what is the meaning of Out of the blue? I just heard a conversation like below;

Jesus. Out of the blue, man. What brought that up?

what are the other possible cases that this phrase might be used?

1 Answer 1


It means "coming on you without warning" as if falling from the sky directly onto your head. "The blue" in this case is the blue of the sky.


out of the blue happening suddenly and unexpectedly Then one day, completely out of the blue, I had a letter from her. : The attack came out of a clear blue sky.

This is probably derived from the old idiom "a bolt from the blue":

bolt from the blue Fig. a sudden surprise. (Alludes to a stroke of lightning from a cloudless sky.) Joe's return to Springfield was a bolt from the blue. | The news that Mr. and Mrs. King were getting a divorce struck all their friends as a bolt from the blue.

I have heard this did not originally refer to lightning, but to crossbow bolts in medieval times raining down after having been shot vertically. I'm not close to my reference materials at the moment, however, so I will look later.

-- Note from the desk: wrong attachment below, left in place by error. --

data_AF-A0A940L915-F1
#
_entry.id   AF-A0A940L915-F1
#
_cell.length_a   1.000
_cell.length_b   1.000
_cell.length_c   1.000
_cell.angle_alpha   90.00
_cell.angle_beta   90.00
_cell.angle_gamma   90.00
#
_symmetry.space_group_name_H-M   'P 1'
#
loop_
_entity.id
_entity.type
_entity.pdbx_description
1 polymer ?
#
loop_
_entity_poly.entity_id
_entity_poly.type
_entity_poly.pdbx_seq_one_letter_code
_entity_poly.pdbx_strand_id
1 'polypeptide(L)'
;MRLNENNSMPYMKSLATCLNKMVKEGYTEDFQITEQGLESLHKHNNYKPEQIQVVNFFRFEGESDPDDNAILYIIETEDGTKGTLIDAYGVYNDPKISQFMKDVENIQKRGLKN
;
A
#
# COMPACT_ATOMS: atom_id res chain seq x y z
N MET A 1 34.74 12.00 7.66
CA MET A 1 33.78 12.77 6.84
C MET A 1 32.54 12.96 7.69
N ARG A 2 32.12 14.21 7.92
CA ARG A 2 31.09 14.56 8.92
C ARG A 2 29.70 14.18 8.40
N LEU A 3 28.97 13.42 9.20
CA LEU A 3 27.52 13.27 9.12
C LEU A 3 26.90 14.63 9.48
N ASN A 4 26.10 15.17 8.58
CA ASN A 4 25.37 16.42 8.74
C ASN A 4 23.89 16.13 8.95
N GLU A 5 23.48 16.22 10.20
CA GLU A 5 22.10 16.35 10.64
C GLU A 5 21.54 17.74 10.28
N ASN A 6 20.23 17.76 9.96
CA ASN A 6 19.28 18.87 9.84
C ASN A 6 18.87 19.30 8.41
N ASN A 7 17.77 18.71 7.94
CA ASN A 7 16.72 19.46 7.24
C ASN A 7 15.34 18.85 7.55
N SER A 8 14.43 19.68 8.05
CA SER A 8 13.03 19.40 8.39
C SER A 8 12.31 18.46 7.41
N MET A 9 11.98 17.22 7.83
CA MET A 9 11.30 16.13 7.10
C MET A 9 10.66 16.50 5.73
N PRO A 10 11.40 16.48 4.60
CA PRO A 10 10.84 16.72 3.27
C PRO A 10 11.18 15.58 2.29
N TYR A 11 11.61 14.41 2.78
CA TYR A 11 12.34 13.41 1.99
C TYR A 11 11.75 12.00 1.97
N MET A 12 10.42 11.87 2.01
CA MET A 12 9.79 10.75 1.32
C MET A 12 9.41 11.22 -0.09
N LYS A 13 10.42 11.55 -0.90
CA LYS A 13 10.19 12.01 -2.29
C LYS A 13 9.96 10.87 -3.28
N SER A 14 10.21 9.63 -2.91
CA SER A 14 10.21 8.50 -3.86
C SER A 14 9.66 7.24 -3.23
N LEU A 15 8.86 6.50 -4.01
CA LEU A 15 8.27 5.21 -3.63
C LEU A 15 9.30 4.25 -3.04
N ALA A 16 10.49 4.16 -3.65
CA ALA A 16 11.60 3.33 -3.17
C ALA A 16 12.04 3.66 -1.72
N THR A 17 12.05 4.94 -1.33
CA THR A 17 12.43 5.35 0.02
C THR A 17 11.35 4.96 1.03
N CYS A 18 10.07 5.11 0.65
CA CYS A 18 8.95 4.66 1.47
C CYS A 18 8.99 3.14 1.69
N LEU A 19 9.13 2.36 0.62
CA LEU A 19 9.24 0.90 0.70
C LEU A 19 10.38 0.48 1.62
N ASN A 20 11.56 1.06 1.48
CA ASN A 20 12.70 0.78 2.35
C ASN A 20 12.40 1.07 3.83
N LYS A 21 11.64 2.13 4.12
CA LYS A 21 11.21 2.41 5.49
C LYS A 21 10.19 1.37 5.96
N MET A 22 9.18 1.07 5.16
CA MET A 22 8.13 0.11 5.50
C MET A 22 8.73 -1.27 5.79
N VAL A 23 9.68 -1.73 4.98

• 1
    I may be wrong here, but I feel the phrase has a strong association with "unexpectedly" that, for example, "just like that!" might not have. If you used it in a context where it was just your own personal lack of attention that caused you to be caught you on the hop, it kinda invites the response "Well, you could have seen that one coming!" Commented Jun 6, 2011 at 16:14
  • +1; This is how I have always taken this phrase. One source claims 1837 as the origin.
    – MrHen
    Commented Jun 6, 2011 at 16:16
  • I like the explanation (would have been roughly my guess too), but do you have any back-up for this?
    – T.E.D.
    Commented Jun 6, 2011 at 17:33
  • @T.E.D.: Adding a link for you.
    – Robusto
    Commented Jun 6, 2011 at 18:09

Your Answer

By clicking “Post Your Answer”, you agree to our terms of service and acknowledge you have read our privacy policy.

Not the answer you're looking for? Browse other questions tagged or ask your own question.